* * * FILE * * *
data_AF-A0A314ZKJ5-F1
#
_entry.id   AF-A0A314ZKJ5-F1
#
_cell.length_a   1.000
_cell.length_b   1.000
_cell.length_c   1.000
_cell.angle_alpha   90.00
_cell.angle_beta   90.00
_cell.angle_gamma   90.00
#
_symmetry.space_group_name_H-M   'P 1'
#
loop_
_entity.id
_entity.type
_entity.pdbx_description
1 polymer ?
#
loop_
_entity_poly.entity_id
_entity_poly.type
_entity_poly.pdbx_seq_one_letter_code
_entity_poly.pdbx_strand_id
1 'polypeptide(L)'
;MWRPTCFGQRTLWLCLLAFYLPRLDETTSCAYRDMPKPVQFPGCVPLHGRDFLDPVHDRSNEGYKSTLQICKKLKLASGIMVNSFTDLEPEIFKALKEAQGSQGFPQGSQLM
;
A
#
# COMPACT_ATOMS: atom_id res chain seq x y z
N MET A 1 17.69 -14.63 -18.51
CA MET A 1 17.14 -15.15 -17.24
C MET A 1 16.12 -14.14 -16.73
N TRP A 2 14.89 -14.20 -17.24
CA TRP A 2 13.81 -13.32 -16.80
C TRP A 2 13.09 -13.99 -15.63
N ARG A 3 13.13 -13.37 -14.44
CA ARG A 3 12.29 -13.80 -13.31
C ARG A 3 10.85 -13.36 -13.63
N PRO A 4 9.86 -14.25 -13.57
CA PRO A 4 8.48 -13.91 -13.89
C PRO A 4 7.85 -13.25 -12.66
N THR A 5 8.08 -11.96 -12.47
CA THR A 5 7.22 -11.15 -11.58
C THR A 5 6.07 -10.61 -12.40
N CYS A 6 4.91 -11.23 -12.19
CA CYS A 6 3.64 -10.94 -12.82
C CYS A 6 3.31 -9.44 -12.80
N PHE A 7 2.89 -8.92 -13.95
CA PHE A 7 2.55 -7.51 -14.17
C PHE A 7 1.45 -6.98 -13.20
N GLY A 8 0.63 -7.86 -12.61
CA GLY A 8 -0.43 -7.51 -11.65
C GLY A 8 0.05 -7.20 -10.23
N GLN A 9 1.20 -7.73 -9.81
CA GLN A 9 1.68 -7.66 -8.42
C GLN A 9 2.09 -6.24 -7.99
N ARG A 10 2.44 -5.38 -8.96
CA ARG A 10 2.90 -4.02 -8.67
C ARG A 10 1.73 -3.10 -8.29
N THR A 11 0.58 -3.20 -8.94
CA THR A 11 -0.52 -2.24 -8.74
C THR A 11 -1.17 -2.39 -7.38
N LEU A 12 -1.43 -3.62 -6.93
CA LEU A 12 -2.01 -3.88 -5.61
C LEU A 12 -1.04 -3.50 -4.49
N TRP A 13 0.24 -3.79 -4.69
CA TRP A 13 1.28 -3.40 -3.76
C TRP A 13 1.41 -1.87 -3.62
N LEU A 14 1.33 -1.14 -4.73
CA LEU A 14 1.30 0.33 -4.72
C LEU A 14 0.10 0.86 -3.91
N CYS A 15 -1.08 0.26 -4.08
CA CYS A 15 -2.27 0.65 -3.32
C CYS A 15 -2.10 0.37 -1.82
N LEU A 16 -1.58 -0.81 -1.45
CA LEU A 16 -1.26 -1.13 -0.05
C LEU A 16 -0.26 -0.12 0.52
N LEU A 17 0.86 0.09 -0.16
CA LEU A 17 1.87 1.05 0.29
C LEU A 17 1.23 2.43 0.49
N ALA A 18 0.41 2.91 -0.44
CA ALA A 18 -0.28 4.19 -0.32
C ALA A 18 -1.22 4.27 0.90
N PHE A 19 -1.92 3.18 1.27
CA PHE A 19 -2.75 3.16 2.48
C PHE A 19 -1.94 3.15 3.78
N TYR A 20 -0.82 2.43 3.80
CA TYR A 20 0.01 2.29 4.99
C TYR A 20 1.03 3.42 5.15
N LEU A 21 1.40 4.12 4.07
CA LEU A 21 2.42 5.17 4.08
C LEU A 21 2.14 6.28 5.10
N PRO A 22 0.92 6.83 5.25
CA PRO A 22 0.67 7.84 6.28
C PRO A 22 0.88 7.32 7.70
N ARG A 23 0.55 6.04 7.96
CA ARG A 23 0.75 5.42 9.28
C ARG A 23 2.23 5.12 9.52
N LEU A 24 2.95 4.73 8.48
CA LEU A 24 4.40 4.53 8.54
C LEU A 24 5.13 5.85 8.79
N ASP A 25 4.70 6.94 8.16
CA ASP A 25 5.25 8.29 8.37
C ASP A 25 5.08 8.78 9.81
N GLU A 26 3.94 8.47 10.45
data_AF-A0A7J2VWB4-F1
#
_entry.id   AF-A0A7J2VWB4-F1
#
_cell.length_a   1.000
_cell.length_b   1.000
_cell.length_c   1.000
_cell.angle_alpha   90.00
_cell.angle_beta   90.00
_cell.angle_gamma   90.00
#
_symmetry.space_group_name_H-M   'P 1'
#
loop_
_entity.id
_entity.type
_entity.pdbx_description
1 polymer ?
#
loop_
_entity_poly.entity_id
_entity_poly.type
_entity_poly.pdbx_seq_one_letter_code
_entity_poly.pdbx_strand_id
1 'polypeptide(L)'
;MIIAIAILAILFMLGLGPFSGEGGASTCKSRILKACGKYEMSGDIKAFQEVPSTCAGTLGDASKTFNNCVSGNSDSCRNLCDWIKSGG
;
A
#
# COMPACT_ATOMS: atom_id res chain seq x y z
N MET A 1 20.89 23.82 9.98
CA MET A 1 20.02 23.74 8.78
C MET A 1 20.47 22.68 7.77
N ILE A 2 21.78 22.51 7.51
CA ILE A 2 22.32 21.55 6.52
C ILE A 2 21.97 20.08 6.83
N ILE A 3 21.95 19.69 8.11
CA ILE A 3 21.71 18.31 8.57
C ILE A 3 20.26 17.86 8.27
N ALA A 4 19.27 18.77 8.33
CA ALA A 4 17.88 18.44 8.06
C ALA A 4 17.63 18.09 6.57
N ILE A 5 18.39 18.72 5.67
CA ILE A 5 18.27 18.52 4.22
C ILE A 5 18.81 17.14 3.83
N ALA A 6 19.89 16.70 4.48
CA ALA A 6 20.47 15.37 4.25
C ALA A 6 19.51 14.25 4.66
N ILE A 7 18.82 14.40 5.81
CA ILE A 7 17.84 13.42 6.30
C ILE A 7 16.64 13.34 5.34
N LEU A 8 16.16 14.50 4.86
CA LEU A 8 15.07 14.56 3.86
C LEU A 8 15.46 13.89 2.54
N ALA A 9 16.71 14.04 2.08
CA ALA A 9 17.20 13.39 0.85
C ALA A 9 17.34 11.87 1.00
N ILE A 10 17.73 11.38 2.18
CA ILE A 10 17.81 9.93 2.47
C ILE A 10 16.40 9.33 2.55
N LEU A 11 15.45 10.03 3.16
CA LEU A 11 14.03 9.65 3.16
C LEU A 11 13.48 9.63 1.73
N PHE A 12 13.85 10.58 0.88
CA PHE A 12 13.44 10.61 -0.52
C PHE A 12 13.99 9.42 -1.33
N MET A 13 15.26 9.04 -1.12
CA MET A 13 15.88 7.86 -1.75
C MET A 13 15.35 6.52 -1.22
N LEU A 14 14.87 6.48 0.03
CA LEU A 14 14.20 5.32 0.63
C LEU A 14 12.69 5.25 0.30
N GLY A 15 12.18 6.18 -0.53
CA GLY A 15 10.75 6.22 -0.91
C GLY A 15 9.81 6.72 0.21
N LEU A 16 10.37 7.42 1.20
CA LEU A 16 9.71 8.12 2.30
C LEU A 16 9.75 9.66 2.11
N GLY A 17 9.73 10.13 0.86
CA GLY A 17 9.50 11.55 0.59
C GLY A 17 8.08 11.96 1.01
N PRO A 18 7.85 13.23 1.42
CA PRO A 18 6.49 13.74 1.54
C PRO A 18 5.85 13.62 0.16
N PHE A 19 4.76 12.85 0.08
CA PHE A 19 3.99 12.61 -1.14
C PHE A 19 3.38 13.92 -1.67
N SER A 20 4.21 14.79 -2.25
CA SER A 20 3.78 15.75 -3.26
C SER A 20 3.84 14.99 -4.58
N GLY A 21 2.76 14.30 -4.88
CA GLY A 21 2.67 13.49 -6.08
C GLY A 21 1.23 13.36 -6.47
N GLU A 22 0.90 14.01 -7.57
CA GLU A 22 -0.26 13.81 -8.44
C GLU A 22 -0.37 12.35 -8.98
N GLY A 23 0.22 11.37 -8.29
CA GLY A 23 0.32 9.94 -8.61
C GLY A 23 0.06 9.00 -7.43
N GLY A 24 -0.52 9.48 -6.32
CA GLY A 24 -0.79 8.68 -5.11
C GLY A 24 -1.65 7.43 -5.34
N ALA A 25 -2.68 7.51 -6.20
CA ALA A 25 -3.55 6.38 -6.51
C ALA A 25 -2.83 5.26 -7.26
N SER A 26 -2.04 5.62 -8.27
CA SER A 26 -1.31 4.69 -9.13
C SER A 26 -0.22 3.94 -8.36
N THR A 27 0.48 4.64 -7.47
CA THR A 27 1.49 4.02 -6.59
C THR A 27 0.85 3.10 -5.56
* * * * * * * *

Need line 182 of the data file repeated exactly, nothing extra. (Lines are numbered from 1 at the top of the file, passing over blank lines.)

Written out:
N LEU A 16 10.37 7.42 1.20